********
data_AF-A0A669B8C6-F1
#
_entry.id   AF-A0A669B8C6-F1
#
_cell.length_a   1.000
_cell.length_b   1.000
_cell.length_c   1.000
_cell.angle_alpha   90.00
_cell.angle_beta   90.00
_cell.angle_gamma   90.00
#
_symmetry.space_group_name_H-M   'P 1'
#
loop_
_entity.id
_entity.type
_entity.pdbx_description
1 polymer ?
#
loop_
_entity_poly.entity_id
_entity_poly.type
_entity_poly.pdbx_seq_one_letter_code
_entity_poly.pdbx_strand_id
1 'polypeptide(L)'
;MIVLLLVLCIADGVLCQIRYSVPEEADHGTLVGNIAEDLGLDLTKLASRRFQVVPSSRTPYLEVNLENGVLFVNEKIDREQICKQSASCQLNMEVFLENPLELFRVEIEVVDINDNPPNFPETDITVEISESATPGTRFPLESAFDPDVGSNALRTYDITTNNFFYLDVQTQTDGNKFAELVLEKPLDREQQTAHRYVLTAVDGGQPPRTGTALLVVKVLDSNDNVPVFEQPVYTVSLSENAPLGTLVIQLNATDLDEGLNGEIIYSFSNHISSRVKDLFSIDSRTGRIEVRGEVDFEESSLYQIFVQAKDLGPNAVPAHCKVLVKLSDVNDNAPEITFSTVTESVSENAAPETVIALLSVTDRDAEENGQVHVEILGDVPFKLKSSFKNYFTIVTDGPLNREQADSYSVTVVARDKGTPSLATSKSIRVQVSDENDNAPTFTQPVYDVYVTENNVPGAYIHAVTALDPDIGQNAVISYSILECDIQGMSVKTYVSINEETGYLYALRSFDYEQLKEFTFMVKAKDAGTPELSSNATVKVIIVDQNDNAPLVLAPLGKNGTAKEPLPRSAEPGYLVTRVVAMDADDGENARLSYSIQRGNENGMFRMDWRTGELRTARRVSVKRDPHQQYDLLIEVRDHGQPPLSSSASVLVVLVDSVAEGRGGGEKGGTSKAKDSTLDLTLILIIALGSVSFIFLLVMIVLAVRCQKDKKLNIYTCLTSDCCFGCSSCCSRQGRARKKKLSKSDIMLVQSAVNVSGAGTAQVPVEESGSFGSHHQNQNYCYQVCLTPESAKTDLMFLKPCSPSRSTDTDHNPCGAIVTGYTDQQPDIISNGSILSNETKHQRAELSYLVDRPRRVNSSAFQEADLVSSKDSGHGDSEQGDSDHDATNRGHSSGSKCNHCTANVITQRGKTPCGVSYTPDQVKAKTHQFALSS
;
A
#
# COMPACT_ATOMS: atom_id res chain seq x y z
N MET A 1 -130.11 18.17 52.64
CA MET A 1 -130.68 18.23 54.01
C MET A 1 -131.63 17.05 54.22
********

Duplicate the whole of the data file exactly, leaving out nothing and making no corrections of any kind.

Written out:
data_AF-A0A669B8C6-F1
#
_entry.id   AF-A0A669B8C6-F1
#
_cell.length_a   1.000
_cell.length_b   1.000
_cell.length_c   1.000
_cell.angle_alpha   90.00
_cell.angle_beta   90.00
_cell.angle_gamma   90.00
#
_symmetry.space_group_name_H-M   'P 1'
#
loop_
_entity.id
_entity.type
_entity.pdbx_description
1 polymer ?
#
loop_
_entity_poly.entity_id
_entity_poly.type
_entity_poly.pdbx_seq_one_letter_code
_entity_poly.pdbx_strand_id
1 'polypeptide(L)'
;MIVLLLVLCIADGVLCQIRYSVPEEADHGTLVGNIAEDLGLDLTKLASRRFQVVPSSRTPYLEVNLENGVLFVNEKIDREQICKQSASCQLNMEVFLENPLELFRVEIEVVDINDNPPNFPETDITVEISESATPGTRFPLESAFDPDVGSNALRTYDITTNNFFYLDVQTQTDGNKFAELVLEKPLDREQQTAHRYVLTAVDGGQPPRTGTALLVVKVLDSNDNVPVFEQPVYTVSLSENAPLGTLVIQLNATDLDEGLNGEIIYSFSNHISSRVKDLFSIDSRTGRIEVRGEVDFEESSLYQIFVQAKDLGPNAVPAHCKVLVKLSDVNDNAPEITFSTVTESVSENAAPETVIALLSVTDRDAEENGQVHVEILGDVPFKLKSSFKNYFTIVTDGPLNREQADSYSVTVVARDKGTPSLATSKSIRVQVSDENDNAPTFTQPVYDVYVTENNVPGAYIHAVTALDPDIGQNAVISYSILECDIQGMSVKTYVSINEETGYLYALRSFDYEQLKEFTFMVKAKDAGTPELSSNATVKVIIVDQNDNAPLVLAPLGKNGTAKEPLPRSAEPGYLVTRVVAMDADDGENARLSYSIQRGNENGMFRMDWRTGELRTARRVSVKRDPHQQYDLLIEVRDHGQPPLSSSASVLVVLVDSVAEGRGGGEKGGTSKAKDSTLDLTLILIIALGSVSFIFLLVMIVLAVRCQKDKKLNIYTCLTSDCCFGCSSCCSRQGRARKKKLSKSDIMLVQSAVNVSGAGTAQVPVEESGSFGSHHQNQNYCYQVCLTPESAKTDLMFLKPCSPSRSTDTDHNPCGAIVTGYTDQQPDIISNGSILSNETKHQRAELSYLVDRPRRVNSSAFQEADLVSSKDSGHGDSEQGDSDHDATNRGHSSGSKCNHCTANVITQRGKTPCGVSYTPDQVKAKTHQFALSS
;
A
#
# COMPACT_ATOMS: atom_id res chain seq x y z
N MET A 1 -130.11 18.17 52.64
CA MET A 1 -130.68 18.23 54.01
C MET A 1 -131.63 17.05 54.22